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Preventing slipping accidents in your workplace

You don't have to be a construction worker to fear falling, especially when the seasons change and summer transitions into fall. As beautiful as a Rhode Island autumn may be, it also brings its share of dangers. Daylight hours are fewer, and walking on any surface may be treacherous.

If you have fallen at work, your first instinct may be to blame your own clumsiness or to point to the weather conditions. Fortunately, workers' compensation is available even if the fall resulted from your own lack of coordination. However, there are steps your employer can take to prevent such accidents.

Autumn safety at work

Your safety should be a top concern for your employer. For this reason, your employer may have periodic safety training reviews, provide appropriate personal protection and insist on the highest standards of care during the work hours. Falling is the most common workplace injury, accounting for about 20 percent of fatal workplace accidents. Even if you do not work in a high-fall-risk industry, the chances of suffering a work-related fall injury always exist.

When the weather turns cooler, you may be at risk of falling simply by walking from your car to the office building. Some common hazards you may experience at this time of year include the following:

  • Wet leaves on sidewalks or paths can quickly become damp and slippery.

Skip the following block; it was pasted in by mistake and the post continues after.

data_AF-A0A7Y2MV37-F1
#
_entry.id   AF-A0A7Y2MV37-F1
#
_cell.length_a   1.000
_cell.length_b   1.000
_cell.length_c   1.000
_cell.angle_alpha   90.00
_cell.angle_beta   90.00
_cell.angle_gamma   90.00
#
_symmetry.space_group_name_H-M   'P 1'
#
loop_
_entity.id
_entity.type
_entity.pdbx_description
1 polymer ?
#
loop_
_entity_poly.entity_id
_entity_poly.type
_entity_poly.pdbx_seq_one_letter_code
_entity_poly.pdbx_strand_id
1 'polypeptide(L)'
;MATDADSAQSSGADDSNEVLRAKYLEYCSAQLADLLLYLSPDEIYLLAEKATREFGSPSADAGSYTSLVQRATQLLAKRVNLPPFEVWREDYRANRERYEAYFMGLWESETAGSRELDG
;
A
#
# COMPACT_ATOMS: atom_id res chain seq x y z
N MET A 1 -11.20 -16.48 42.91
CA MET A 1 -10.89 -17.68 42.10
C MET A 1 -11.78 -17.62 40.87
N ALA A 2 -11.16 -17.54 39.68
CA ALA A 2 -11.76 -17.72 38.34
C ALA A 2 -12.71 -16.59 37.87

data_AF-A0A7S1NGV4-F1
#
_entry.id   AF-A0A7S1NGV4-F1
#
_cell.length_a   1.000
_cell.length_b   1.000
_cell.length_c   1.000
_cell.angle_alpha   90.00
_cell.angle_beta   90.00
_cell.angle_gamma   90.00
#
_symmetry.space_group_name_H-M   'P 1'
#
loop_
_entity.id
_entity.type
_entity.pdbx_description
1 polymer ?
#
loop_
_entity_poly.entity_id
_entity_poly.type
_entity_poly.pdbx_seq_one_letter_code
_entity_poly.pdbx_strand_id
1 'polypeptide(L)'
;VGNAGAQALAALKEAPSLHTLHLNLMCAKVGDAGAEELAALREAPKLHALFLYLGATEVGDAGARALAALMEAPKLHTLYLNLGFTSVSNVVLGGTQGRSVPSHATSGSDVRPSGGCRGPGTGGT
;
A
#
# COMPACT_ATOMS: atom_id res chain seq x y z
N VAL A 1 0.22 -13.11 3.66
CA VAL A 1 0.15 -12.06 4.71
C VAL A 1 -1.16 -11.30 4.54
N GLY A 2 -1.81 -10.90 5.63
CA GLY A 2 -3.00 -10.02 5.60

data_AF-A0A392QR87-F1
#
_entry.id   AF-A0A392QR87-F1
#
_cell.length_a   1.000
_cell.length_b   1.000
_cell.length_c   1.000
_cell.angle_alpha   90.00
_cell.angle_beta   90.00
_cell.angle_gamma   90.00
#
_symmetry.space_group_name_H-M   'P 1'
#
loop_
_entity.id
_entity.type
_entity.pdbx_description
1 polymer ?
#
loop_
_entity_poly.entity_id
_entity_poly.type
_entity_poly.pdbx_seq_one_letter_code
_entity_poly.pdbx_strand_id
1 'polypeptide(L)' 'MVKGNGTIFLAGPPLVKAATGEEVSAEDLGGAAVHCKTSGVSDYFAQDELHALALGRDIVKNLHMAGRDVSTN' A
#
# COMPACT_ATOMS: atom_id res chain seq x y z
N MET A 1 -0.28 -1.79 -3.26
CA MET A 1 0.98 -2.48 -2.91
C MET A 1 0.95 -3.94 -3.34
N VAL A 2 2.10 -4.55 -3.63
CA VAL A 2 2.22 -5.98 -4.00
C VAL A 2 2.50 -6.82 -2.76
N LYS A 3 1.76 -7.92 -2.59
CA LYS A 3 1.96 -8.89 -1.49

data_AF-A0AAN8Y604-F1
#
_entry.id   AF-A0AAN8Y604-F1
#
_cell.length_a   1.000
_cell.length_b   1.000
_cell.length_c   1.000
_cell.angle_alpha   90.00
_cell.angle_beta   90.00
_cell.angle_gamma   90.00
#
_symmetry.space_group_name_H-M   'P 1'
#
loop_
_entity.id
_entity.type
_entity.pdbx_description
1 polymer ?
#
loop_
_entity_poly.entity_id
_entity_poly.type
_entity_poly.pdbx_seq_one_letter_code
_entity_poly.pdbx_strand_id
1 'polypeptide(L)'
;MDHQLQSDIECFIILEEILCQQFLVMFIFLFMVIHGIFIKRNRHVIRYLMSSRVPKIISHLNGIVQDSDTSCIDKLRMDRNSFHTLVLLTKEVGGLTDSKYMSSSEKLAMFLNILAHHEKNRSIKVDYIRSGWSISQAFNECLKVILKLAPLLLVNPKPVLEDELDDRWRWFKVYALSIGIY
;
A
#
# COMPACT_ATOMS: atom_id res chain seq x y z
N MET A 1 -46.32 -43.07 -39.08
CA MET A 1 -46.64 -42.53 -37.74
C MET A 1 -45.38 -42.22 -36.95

• Clusters of leaves may cover tripping hazards, such as uneven sidewalks or potholes.
  • Ice and snow on parking lots, sidewalks and steps result in countless brain injuries after violent falls.
  • Tracking snow or wet leaves into a building may create slick spots on the floor.

If your employer is also the owner of the building where you work, he or she may make slip-and-fall hazard removal part of scheduled routines throughout the season. If you do fall on a slick surface at work, you should immediately notify your employer and file a claim for workers' compensation. An attorney can assist you at any step in this process.

If your employer does not own the building where you work, there is also the possibility that you have cause for a third-party claim. For example, if the owner of the building failed to clear the wet leaves from the sidewalk or salt the parking lot after an ice storm, the property owner may be responsible for your injuries. An experienced attorney can evaluate your case and provide you with guidance for your best options.

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